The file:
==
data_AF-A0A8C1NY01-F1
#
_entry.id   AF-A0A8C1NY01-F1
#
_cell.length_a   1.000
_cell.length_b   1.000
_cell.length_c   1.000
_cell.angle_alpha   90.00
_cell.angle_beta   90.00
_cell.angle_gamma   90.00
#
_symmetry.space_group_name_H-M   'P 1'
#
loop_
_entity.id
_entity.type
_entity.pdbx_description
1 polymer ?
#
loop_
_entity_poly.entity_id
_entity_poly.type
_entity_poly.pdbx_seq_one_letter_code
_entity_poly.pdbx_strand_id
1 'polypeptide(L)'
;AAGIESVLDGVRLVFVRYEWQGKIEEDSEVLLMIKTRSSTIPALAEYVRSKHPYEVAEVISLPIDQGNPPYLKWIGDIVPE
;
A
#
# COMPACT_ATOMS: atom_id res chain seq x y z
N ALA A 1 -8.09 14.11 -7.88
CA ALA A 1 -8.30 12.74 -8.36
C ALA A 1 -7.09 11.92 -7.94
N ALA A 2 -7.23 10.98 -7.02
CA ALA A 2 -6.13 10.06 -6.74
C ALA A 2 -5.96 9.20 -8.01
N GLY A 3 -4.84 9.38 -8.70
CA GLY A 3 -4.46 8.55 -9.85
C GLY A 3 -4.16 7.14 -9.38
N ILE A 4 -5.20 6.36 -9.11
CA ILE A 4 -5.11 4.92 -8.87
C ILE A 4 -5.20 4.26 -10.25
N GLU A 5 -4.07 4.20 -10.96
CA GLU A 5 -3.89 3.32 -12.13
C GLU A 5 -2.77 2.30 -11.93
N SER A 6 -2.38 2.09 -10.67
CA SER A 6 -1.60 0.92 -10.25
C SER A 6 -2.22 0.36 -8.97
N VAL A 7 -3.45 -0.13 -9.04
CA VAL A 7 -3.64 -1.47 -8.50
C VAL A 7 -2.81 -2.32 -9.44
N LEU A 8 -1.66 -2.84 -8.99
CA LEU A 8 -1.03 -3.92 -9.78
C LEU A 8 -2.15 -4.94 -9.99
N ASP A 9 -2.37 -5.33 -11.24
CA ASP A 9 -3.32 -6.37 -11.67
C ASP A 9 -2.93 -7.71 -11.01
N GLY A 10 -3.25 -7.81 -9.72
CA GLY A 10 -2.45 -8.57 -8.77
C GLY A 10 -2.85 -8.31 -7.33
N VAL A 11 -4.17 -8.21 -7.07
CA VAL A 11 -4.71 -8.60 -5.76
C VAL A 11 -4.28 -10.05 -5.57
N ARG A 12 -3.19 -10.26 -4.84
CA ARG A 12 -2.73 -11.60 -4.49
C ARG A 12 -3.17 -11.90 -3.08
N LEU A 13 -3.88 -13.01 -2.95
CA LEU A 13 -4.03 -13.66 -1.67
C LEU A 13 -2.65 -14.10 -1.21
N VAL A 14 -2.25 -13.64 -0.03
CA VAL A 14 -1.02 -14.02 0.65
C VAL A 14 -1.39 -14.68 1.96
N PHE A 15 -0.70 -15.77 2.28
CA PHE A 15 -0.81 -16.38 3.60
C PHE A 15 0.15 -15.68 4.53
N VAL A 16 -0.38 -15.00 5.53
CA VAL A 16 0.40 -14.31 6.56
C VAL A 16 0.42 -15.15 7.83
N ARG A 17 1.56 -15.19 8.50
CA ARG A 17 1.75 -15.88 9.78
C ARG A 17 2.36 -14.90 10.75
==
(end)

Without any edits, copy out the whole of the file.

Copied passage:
data_AF-A0A8C1NY01-F1
#
_entry.id   AF-A0A8C1NY01-F1
#
_cell.length_a   1.000
_cell.length_b   1.000
_cell.length_c   1.000
_cell.angle_alpha   90.00
_cell.angle_beta   90.00
_cell.angle_gamma   90.00
#
_symmetry.space_group_name_H-M   'P 1'
#
loop_
_entity.id
_entity.type
_entity.pdbx_description
1 polymer ?
#
loop_
_entity_poly.entity_id
_entity_poly.type
_entity_poly.pdbx_seq_one_letter_code
_entity_poly.pdbx_strand_id
1 'polypeptide(L)'
;AAGIESVLDGVRLVFVRYEWQGKIEEDSEVLLMIKTRSSTIPALAEYVRSKHPYEVAEVISLPIDQGNPPYLKWIGDIVPE
;
A
#
# COMPACT_ATOMS: atom_id res chain seq x y z
N ALA A 1 -8.09 14.11 -7.88
CA ALA A 1 -8.30 12.74 -8.36
C ALA A 1 -7.09 11.92 -7.94
N ALA A 2 -7.23 10.98 -7.02
CA ALA A 2 -6.13 10.06 -6.74
C ALA A 2 -5.96 9.20 -8.01
N GLY A 3 -4.84 9.38 -8.70
CA GLY A 3 -4.46 8.55 -9.85
C GLY A 3 -4.16 7.14 -9.38
N ILE A 4 -5.20 6.36 -9.11
CA ILE A 4 -5.11 4.92 -8.87
C ILE A 4 -5.20 4.26 -10.25
N GLU A 5 -4.07 4.20 -10.96
CA GLU A 5 -3.89 3.32 -12.13
C GLU A 5 -2.77 2.30 -11.93
N SER A 6 -2.38 2.09 -10.67
CA SER A 6 -1.60 0.92 -10.25
C SER A 6 -2.22 0.36 -8.97
N VAL A 7 -3.45 -0.13 -9.04
CA VAL A 7 -3.64 -1.47 -8.50
C VAL A 7 -2.81 -2.32 -9.44
N LEU A 8 -1.66 -2.84 -8.99
CA LEU A 8 -1.03 -3.92 -9.78
C LEU A 8 -2.15 -4.94 -9.99
N ASP A 9 -2.37 -5.33 -11.24
CA ASP A 9 -3.32 -6.37 -11.67
C ASP A 9 -2.93 -7.71 -11.01
N GLY A 10 -3.25 -7.81 -9.72
CA GLY A 10 -2.45 -8.57 -8.77
C GLY A 10 -2.85 -8.31 -7.33
N VAL A 11 -4.17 -8.21 -7.07
CA VAL A 11 -4.71 -8.60 -5.76
C VAL A 11 -4.28 -10.05 -5.57
N ARG A 12 -3.19 -10.26 -4.84
CA ARG A 12 -2.73 -11.60 -4.49
C ARG A 12 -3.17 -11.90 -3.08
N LEU A 13 -3.88 -13.01 -2.95
CA LEU A 13 -4.03 -13.66 -1.67
C LEU A 13 -2.65 -14.10 -1.21
N VAL A 14 -2.25 -13.64 -0.03
CA VAL A 14 -1.02 -14.02 0.65
C VAL A 14 -1.39 -14.68 1.96
N PHE A 15 -0.70 -15.77 2.28
CA PHE A 15 -0.81 -16.38 3.60
C PHE A 15 0.15 -15.68 4.53
N VAL A 16 -0.38 -15.00 5.53
CA VAL A 16 0.40 -14.31 6.56
C VAL A 16 0.42 -15.15 7.83
N ARG A 17 1.56 -15.19 8.50
CA ARG A 17 1.75 -15.88 9.78
C ARG A 17 2.36 -14.90 10.75